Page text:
Prehistoric dragon ate bones with its meat. And its own teeth.

LiveScience digs deep for a prehistoric prize, finding dietary clues about Smok wawelski – a peak predator who, thankfully, left modern scientists poop full of bones:

In a new study published Jan. 30 in the journal Scientific Reports, researchers from Uppsala University in Sweden examined 10 large coprolites (aka, fossilized poos) believed to have been plopped onto what is now Polish land by Smok during the late Triassic period (251 million to 199 million years ago). Using high-energy X-ray scans, the team discovered that animal bones made up about 50 percent (by volume) of those ancient poos. The bones were gnashed up and slashed up with bite marks and could be traced to species all across the food chain, the researchers wrote.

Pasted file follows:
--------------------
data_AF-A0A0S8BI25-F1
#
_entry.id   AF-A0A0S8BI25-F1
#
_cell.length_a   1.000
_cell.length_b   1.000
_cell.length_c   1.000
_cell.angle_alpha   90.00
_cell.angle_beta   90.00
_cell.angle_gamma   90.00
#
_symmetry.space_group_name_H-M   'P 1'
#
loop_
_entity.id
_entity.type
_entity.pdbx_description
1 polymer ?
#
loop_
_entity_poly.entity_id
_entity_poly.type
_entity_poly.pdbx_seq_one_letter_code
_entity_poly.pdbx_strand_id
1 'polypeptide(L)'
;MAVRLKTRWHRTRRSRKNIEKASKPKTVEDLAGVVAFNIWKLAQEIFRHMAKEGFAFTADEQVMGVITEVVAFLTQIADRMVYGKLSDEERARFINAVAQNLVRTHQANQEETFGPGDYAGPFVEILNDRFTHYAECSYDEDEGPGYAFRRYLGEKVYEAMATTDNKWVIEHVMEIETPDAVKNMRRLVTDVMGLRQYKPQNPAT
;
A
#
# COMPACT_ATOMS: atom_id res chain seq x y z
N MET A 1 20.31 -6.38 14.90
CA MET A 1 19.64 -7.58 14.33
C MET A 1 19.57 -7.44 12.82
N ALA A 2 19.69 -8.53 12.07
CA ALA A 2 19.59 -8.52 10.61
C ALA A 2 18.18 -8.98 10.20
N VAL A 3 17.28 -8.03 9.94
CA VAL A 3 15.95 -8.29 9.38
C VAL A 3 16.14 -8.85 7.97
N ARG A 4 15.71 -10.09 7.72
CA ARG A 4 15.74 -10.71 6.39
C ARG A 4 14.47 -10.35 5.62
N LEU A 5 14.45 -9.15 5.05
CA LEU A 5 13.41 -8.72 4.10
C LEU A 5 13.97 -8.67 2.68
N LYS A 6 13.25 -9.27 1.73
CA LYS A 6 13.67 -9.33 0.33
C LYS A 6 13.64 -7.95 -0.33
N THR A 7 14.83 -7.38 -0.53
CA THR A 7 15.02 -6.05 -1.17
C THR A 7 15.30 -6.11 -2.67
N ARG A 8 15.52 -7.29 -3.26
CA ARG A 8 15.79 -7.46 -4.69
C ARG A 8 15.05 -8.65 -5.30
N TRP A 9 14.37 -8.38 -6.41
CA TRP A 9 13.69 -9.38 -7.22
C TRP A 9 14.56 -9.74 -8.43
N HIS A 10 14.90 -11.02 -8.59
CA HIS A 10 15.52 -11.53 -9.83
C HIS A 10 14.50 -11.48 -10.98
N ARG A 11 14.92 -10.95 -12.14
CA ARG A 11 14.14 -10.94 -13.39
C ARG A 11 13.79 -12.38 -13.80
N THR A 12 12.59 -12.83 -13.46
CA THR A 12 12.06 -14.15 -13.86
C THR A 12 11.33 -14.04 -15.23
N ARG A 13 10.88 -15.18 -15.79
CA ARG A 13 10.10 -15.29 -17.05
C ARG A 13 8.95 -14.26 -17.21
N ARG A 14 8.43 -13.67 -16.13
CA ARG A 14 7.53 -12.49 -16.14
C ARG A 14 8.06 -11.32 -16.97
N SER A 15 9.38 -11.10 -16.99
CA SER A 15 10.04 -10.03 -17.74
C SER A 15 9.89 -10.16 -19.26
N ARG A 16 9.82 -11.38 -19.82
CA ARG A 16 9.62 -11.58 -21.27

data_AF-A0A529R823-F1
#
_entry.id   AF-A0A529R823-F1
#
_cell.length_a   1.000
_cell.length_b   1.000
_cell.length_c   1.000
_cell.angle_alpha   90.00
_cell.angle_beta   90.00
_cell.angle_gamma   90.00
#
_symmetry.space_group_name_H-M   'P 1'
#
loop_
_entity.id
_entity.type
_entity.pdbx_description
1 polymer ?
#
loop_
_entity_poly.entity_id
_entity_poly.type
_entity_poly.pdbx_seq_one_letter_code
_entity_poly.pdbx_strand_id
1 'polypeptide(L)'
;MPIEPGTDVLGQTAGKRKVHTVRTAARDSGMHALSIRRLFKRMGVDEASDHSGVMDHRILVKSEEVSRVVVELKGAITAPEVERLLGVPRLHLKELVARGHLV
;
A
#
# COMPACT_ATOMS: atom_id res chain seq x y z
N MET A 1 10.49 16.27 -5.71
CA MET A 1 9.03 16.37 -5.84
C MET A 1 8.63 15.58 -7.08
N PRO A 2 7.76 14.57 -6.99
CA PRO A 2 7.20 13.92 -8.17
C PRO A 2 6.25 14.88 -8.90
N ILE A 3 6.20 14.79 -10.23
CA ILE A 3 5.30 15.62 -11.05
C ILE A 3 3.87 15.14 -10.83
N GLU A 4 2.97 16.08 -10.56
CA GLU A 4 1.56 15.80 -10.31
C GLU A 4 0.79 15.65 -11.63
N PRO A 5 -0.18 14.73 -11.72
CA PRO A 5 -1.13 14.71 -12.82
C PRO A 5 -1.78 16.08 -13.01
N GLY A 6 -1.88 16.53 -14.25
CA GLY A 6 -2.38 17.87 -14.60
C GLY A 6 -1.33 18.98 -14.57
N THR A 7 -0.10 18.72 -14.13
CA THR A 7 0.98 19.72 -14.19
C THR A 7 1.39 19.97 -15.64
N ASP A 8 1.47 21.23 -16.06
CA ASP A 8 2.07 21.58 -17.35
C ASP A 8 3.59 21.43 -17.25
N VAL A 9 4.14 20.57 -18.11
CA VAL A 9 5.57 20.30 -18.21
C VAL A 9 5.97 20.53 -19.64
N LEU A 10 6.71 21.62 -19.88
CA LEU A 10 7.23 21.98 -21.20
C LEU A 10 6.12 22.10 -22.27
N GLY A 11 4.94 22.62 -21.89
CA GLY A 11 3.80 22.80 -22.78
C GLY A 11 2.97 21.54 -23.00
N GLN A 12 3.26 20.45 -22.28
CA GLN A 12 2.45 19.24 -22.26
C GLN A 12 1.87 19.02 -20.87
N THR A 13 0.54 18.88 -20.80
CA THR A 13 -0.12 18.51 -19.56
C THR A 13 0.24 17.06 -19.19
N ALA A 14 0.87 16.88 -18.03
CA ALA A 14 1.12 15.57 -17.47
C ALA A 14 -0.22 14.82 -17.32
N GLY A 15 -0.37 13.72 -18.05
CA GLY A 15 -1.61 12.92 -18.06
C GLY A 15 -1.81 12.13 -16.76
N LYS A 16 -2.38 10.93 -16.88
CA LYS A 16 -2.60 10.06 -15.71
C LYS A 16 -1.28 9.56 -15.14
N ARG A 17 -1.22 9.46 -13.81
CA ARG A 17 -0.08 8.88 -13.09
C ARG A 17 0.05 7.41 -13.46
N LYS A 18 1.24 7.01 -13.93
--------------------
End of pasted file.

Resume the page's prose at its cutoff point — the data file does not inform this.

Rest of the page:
Smok (which translates to “dragon” in Polish) was a large, bipedal species of archosaur (a group of egg-laying animals that includes birds, crocodiles and dinosaurs) that lived about 140 million years before predators like T. rex ruled the land. And while it’s not so unusual for modern archosaurs like birds and crocs to swallow their prey whole without spitting out the bones, Smok seems to have employed its impressive, serrated chompers to break those bones into bite-size bits before swallowing them — “somewhat reminiscent of a hyena,” the researchers wrote.

Among the shattered ribs and leg bones of lesser archosaurs present in Smok’s poop samples, the researchers spotted fragments of sharp teeth that likely came from Smok itself. The researchers said this probably means that Smok’s teeth were repeatedly crushed against the hard bones the predator was eating, and so the dinosaur sometimes accidentally ingested its own teeth along with its meal.